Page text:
“We wanted everyone to have something special from the album before it comes out, something that sets people up for the mood of ‘Under The Iron Sea’, so we chose to make this a video download.””
Tim Bell has been running highly successful Trainspotting walking tours for the last few years, taking fans of the book and film on a tour around Leith, where much of the action is set. (You can read more details about Trainspotting Tours on Tim’s own site LeithWalks. On the back of that, he’s also written a great essay about the history of Leith and the impact of Trainspotting’s success on the area for the book A Sense Of Place.
Here’s a quick extract from Tim’s essay:
It is difficult now to find any excuse for those vast badly planned and badly built schemes, under the ownership of the local authority which had the task of acting as landlord thrust upon it without any clear rationale or policy. Many families, including Mr and Mrs Welsh and their son Irvine, had left a town with its centuries-old structures, institutions and middle-class, for these places that were supposed to answer the needs of a single socio-economic group. The open spaces quickly became unattractive and even unsafe with broken glass and dog shit. The planners had no intention of letting shops and pubs start a business where there was demand. That sort of thing was grouped around shopping centres. The one on Pennywell Road is typical:unattractive in appearance, unappealing to walk round and linger in, and the shopkeepers always struggle to make a living. The units were never designed for family businesses anyway – branches of chain shops are far more common. The banks are noticeable by their absence, seeing no market for themselves, leaving financial services in the hands of loan sharks. Thus is spontaneous and healthy economic life and social intercourse stifled and stilted. Inevitably a generation grew up with little knowledge of or stake in wider society. In his novel Trainspotting Irvine Welsh later depicted the toilet in the bookie’s in the shopping centre as a fantastically, grotesquely, foul place. The film of the novel dubbed it the “worst toilet in Scotland”.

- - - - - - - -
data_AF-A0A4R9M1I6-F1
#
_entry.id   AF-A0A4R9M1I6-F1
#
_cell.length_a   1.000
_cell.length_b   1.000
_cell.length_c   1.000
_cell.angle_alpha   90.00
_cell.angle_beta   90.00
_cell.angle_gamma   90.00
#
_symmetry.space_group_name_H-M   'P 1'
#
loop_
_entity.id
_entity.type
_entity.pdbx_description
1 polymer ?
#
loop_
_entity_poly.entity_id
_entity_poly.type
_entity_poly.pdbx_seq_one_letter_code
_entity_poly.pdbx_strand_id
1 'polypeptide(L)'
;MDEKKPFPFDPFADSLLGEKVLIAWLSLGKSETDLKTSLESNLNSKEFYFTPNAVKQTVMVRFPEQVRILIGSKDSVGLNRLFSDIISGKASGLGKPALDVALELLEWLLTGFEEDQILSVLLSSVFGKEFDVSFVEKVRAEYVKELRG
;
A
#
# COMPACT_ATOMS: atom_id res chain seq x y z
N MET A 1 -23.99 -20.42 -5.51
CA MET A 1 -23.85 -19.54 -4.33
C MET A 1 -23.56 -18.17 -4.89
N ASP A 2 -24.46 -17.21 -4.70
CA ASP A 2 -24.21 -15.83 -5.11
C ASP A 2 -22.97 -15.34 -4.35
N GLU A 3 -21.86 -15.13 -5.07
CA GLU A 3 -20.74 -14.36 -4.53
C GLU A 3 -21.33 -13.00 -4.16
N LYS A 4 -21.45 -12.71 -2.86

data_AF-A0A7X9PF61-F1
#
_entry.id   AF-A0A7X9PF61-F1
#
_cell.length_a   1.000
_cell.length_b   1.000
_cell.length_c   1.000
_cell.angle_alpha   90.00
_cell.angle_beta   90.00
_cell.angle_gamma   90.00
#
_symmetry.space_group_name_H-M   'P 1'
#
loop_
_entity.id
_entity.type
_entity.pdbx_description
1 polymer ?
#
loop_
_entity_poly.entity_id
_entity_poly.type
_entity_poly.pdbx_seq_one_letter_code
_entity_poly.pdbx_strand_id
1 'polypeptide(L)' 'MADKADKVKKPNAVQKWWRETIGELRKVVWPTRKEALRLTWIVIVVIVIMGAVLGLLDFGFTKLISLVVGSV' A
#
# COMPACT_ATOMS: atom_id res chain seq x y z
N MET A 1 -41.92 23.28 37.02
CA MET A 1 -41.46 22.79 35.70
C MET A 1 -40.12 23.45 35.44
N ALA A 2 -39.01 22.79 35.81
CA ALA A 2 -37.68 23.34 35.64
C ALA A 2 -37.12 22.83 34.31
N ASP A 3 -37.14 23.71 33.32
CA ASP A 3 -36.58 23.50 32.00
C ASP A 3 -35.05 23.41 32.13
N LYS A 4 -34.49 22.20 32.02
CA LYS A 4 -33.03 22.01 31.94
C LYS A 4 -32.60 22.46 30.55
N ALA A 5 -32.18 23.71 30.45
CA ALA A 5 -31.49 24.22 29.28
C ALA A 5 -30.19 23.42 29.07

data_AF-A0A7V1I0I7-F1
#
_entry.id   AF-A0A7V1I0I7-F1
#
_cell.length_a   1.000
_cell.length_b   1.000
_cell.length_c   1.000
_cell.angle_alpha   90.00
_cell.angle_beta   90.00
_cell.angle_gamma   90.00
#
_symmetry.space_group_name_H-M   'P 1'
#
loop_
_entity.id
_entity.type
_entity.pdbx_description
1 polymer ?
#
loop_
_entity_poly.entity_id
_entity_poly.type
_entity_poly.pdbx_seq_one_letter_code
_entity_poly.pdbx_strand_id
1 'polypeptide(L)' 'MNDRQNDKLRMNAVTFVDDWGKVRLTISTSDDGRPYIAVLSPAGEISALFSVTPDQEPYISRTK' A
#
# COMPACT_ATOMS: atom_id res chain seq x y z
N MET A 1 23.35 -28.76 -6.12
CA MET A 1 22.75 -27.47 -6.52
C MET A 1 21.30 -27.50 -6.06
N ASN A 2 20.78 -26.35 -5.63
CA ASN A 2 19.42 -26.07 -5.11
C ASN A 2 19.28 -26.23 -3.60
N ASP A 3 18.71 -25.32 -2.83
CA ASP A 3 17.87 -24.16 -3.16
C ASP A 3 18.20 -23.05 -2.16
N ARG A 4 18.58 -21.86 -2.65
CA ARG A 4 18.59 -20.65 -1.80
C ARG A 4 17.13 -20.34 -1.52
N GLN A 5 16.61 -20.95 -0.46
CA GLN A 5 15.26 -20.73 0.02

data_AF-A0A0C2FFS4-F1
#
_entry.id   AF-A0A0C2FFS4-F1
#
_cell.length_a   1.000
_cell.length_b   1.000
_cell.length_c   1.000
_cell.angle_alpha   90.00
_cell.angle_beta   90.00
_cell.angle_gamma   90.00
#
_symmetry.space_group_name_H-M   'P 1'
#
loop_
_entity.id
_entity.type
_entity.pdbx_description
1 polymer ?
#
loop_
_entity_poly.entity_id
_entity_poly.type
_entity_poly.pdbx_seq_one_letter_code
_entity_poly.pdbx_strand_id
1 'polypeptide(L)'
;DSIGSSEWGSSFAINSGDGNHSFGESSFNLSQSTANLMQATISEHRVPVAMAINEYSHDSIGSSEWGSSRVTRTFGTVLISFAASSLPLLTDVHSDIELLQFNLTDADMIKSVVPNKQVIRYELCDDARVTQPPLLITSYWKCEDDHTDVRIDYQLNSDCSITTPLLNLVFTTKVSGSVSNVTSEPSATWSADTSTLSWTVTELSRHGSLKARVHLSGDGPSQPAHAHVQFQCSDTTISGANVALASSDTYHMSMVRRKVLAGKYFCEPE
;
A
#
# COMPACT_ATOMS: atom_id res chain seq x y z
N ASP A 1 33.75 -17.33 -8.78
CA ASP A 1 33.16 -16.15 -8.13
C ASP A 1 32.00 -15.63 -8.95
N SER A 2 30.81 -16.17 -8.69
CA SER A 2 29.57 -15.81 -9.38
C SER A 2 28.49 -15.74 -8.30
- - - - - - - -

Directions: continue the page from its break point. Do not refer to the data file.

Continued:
You can read the full essay in A Sense Of Place: A Collection Of New Scottish Writing, published by Waverley Books.
UK ezine PEOM (Positive Energy of Madness) has an entertaining interview with Irvine Welsh and Dean Cavanagh about their new play Babylon Heights
The World Premiere of Babylon Heights, a new play written by Irvine with Dean Cavanagh opens at the Exit Theatre in San Francisco on June 14. It’s the tale of the munchkin who hung himself on the set of the Wizard of Oz. Look closely at the scene with Dorothy, the Woodsman and the scarecrow heading down the yellow brick road. There he is. Swinging.
The myth and Hollywood legend surrounding the crazed munchkins endures to this day. Babylon Heights brings the Irvine Welsh style to this uproarious tale of Hollywood mayhem.
More info: www.babylonheights.com